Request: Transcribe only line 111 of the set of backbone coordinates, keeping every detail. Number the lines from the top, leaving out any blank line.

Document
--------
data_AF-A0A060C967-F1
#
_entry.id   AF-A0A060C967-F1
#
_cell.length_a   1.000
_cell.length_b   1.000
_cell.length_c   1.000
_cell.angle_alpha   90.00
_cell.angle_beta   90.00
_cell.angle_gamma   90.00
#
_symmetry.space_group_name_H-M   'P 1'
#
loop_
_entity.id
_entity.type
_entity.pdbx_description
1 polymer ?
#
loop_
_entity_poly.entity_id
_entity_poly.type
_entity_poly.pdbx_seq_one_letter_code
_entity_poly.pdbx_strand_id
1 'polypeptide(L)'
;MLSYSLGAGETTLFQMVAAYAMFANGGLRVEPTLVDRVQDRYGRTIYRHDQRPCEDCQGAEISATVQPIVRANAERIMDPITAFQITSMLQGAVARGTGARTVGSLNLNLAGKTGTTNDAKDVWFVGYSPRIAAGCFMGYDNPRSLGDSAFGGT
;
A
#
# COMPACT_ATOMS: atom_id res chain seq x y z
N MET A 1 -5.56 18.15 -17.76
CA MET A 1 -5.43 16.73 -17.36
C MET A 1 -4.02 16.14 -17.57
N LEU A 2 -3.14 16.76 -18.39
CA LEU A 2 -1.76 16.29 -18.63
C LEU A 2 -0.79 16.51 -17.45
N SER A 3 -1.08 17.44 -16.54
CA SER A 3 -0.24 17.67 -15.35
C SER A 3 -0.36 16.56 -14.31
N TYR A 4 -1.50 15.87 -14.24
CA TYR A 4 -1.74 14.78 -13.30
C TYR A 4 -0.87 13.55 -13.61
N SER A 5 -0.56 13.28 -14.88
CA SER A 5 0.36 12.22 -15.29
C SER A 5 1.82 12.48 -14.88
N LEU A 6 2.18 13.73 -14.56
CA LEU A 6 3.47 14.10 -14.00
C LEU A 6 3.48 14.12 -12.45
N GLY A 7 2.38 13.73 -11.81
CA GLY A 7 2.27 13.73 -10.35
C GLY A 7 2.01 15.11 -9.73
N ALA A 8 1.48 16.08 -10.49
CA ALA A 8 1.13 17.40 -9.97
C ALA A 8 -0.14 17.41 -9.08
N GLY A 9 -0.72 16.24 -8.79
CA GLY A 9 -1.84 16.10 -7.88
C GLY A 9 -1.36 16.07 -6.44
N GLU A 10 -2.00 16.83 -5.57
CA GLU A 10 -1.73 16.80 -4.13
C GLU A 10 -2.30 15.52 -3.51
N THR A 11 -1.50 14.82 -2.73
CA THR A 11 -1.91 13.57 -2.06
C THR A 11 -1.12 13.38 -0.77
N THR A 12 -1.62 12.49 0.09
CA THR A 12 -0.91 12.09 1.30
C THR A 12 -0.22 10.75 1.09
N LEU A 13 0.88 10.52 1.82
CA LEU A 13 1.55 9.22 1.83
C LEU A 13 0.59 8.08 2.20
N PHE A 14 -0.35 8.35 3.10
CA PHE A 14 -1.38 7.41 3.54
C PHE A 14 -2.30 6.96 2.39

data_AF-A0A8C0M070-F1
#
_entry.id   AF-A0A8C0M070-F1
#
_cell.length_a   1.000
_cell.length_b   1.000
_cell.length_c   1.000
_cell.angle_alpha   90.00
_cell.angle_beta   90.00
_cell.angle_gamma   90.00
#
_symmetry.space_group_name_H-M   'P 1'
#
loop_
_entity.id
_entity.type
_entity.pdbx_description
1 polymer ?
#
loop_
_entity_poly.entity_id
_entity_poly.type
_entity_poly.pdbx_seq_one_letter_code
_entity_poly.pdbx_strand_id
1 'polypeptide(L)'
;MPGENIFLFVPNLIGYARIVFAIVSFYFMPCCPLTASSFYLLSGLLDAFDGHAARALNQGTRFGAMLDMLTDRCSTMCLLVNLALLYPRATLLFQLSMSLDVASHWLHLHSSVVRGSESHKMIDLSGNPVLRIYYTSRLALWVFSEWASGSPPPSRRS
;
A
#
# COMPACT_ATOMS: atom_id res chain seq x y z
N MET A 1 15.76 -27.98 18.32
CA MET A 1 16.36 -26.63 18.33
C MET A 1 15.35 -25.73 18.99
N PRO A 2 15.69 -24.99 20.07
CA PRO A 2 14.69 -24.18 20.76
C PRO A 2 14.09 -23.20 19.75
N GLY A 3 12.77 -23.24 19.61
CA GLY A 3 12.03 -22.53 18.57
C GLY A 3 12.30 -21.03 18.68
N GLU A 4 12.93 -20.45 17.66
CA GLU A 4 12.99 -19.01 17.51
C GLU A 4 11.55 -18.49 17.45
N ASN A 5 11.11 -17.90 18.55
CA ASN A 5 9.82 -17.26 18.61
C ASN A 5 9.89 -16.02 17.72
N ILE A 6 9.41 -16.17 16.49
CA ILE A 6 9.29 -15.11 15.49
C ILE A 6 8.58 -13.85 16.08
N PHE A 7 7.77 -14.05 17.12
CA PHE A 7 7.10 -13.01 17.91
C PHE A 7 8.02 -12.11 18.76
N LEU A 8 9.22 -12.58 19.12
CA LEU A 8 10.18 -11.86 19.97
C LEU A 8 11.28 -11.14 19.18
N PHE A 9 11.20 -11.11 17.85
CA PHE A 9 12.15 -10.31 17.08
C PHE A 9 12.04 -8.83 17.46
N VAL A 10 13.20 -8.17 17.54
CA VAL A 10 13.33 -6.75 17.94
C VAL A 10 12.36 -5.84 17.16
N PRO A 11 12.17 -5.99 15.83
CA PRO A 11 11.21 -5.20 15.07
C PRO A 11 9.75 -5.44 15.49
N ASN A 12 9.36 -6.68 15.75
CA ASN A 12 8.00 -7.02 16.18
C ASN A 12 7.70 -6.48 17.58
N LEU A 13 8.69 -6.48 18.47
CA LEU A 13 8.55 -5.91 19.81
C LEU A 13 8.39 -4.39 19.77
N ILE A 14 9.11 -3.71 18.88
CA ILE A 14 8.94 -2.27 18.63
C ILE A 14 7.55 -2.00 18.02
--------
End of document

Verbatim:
C GLY A 3 12.30 -21.03 18.68